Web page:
Southwest CEO charts recovery after holiday meltdown

Passengers line up at the Southwest Airlines office at San Francisco International Airport (SFO) in San Francisco, California, United States on December 26, 2022 as Southwest Airlines canceled more than 2,800 US flights Monday amid severe winter storms.

Tayfun Coskun | Anadolu Agency | Getty Images

Southwest CEO Bob Jordan’s post-holiday message collapse Millions’ travel plans derailed, obviously: “I can’t say it enough. We screwed up.”

His focus now is on ensuring a similar crisis does not happen again. The airline hired consulting firm Oliver Wyman to review its operations, interview employees and union members, identify what went wrong, and decide how to avoid them in the future. The low-cost airline operates with General Electric To improve the capabilities of programs that assist Southwest in performing crew reassignment operations. The airline’s board of directors has created an Operations Review Committee to help managers work through such events.

The event was upsetting to many travelers who are used to Southwest’s customer service, which includes policies such as free checked bags, which is rare for domestic travel in the United States. Lawmakers and Transportation Secretary Pete Buttigieg said they wanted to Look ahead in turmoil.

less than a year At the airline’s top job, in the wake of travel chaos not seen in over three decades at Southwest, Jordan is now tasked with making things right with the passengers and employees.

“We took goodwill from the bank. We know that,” Jordan said in an interview earlier this month. “We have work to do to repair the trust, but our customers are very loyal and we see that loyalty.”

Southwest said it had offered premium salaries to flight attendants and $45 million “gratitude pay” to pilots for the crash. Both groups have been warning about insufficient technology and scheduling for years.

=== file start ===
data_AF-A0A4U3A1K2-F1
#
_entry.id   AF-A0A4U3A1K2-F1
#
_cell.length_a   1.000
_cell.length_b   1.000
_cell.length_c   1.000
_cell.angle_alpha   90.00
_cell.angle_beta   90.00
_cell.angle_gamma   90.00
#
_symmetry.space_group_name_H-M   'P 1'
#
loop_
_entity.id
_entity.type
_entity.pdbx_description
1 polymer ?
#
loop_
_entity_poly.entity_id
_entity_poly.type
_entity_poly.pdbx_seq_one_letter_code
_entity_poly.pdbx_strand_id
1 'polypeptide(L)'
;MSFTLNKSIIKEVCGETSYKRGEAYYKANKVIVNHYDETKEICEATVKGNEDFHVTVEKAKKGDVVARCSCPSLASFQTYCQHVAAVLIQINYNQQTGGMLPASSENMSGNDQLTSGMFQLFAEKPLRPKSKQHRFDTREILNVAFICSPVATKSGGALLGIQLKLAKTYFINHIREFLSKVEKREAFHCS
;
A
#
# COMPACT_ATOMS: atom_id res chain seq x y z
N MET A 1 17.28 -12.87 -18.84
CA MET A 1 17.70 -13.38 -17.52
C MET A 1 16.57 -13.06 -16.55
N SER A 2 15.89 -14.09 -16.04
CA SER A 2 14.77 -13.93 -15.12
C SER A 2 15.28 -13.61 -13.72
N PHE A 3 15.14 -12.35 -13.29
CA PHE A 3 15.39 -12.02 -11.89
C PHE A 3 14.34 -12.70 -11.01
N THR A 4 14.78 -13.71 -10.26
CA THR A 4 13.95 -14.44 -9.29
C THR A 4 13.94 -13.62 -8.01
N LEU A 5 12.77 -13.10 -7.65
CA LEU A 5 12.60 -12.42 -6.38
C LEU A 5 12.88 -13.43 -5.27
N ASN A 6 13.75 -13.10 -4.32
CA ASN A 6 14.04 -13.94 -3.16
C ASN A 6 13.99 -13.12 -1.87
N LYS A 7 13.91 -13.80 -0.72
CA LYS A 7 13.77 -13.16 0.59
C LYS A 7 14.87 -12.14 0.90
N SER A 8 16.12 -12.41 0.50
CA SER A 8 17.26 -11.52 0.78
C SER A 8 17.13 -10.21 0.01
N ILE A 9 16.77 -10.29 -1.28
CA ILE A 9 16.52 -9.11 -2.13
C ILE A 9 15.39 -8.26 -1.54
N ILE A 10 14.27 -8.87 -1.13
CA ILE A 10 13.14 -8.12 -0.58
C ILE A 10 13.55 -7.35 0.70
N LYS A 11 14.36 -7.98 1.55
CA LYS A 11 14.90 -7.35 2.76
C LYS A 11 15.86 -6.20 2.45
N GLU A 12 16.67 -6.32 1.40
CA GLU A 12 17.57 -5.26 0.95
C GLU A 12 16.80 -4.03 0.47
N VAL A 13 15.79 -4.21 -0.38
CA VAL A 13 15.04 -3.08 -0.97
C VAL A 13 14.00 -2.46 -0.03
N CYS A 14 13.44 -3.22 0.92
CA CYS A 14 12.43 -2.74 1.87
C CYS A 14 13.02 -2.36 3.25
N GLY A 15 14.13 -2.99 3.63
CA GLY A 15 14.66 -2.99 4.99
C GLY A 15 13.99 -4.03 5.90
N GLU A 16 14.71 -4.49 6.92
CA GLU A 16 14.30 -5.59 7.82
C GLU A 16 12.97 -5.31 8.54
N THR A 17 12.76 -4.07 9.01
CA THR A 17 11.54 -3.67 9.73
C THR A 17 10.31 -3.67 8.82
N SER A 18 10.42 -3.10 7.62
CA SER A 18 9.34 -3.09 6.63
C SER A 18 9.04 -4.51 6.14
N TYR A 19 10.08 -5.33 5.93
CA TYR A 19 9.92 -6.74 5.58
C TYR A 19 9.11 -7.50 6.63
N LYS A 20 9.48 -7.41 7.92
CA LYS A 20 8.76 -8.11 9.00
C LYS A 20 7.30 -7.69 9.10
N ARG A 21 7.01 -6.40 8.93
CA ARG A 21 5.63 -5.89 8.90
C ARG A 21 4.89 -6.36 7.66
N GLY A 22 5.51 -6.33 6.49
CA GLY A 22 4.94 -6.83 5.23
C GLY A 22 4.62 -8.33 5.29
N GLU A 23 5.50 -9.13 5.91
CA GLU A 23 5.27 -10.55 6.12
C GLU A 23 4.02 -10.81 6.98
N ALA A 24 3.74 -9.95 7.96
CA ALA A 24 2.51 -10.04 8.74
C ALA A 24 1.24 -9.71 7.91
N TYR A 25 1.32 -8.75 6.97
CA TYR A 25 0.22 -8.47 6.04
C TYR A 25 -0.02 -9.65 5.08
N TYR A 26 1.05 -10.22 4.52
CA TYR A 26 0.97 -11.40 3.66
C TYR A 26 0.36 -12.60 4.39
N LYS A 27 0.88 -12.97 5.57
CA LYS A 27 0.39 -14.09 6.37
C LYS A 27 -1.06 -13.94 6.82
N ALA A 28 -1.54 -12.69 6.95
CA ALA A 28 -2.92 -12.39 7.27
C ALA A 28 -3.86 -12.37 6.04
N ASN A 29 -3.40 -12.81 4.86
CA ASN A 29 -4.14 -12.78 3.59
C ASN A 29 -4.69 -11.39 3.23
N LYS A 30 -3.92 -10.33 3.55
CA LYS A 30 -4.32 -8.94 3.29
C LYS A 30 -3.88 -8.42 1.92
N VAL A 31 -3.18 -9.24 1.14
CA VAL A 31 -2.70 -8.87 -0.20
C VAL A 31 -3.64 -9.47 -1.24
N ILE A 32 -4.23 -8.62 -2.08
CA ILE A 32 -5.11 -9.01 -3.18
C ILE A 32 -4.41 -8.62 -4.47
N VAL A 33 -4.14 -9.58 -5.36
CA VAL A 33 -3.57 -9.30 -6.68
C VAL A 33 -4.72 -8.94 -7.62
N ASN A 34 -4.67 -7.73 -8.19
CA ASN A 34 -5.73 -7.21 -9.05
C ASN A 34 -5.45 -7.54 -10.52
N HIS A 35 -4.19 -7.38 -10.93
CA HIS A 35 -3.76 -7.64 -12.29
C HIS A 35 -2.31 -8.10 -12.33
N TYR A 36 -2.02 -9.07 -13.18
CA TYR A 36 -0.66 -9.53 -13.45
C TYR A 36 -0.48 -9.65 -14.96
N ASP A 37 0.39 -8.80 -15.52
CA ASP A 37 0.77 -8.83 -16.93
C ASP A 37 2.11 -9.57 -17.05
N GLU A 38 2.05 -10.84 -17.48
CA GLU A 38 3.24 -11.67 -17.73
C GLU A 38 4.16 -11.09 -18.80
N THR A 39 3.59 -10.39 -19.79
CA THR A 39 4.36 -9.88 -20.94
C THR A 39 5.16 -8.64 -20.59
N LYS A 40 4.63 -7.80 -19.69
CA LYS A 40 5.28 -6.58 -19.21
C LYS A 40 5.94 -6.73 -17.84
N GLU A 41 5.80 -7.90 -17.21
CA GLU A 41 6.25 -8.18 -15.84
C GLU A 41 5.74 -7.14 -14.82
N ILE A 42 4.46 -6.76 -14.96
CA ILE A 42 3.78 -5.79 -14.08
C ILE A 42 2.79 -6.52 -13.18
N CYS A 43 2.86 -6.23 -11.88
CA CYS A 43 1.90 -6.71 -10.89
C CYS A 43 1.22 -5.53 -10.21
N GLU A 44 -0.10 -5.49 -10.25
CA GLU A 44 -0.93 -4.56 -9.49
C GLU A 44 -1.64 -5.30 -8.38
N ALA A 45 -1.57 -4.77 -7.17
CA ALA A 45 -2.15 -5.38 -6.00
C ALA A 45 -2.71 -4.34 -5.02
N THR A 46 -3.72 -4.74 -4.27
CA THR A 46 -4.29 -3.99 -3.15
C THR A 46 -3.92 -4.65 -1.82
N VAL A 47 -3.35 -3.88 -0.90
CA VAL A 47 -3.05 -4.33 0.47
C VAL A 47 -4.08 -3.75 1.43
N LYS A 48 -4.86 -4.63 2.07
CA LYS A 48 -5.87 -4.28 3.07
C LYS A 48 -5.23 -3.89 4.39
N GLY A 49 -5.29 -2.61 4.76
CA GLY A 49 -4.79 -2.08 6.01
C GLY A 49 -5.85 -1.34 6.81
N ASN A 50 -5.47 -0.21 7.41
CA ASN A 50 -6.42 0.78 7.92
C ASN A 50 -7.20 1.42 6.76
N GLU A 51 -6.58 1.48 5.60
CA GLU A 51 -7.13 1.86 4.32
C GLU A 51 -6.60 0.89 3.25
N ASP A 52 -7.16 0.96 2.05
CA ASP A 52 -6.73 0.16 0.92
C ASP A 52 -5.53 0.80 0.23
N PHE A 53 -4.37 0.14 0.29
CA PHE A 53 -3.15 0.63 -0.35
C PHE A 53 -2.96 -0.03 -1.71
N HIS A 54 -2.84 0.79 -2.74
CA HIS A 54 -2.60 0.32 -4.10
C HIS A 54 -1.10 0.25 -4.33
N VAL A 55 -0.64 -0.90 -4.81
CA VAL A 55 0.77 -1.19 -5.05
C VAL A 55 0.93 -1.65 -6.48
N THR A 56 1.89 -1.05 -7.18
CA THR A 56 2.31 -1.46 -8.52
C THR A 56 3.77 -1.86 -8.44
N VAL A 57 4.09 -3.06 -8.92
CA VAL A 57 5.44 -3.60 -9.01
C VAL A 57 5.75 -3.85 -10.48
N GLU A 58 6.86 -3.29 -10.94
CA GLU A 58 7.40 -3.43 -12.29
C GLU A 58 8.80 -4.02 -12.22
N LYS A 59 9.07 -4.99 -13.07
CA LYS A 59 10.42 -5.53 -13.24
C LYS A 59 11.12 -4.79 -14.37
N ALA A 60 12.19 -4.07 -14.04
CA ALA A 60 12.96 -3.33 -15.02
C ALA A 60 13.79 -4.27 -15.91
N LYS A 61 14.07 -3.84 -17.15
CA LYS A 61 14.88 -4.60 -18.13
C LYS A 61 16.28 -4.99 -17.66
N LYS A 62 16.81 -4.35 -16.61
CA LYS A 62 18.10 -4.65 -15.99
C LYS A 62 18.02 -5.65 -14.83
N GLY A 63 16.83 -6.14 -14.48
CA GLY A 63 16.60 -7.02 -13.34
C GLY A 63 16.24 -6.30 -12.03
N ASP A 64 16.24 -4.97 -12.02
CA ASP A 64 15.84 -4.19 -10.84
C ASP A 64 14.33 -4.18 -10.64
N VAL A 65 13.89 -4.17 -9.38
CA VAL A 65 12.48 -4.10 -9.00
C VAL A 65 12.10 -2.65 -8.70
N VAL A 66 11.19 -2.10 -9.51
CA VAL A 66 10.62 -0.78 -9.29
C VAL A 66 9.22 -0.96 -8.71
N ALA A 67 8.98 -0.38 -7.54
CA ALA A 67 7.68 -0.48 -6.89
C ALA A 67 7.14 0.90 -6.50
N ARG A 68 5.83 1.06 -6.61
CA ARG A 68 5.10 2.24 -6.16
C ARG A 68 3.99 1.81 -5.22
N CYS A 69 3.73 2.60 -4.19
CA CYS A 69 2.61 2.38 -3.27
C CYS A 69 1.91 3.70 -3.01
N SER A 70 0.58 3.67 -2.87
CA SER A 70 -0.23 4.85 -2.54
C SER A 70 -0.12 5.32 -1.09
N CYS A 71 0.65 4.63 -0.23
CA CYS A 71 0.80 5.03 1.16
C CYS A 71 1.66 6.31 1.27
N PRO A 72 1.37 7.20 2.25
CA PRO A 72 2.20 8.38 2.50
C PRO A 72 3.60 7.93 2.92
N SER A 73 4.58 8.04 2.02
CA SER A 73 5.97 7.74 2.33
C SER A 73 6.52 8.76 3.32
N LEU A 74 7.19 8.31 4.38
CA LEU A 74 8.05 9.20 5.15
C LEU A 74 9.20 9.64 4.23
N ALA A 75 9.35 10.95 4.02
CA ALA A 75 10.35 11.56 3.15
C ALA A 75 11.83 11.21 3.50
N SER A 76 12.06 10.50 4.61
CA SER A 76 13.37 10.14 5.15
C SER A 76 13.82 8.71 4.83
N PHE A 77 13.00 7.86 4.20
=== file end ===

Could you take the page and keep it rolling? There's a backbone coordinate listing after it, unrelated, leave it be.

Jordan said the company also handed out 25,000 Express Rewards points each, which the company estimates to be worth roughly $300, to about 2 million people who booked their flights during the chaotic holiday period.

He said the recent fare sale has been a success and many customers frequently redeem traveler points for Southwest flights.

Southwest said chaos would be likely means hit Between $725 million and $825 million for its pre-tax results is scarce quarterly loss. The executives will face questions from analysts and reporters when the company reports results, scheduled for Thursday morning.

consecutive cancellations

Southwest said it canceled about 16,700 flights from Dec. 21 to Dec. 31, a number inflated after it failed to do so. Recovering from the harsh winter weather that hampered cross-country travel, stability after few days. Airline executives predicted it would be the busiest travel period since then COVID-19 pandemic seem.

The hydraulic fluid turned so thick in the freezing cold that the jet bridges could not move. Snow and strong winds suspended operations at airports across the country. Aircraft engines freeze.

Most airlines had largely recovered from the bad weather by Christmas Day, but Southwest’s problems worsened when crews had to call in for new assignments or hotel rooms, causing a back-up.

The company’s aircraft and crews were left out of place and at the mercy of crew scheduling systems that were designed to handle current or future flight disruptions, not the backlog of flight changes in the past.

“We needed a bigger answer to reset the network,” Jordan said. “This was basically cutting down the schedule.”

He flew southwest About a third of her planned schedule is for the days after Christmas to get crews and planes where they need to go.

“GE’s digital tool built into Southwest’s systems implemented as designed throughout the event, and we’re working with them to identify new functionality as they improve their crew rescheduling capabilities,” a GE spokesperson said Tuesday.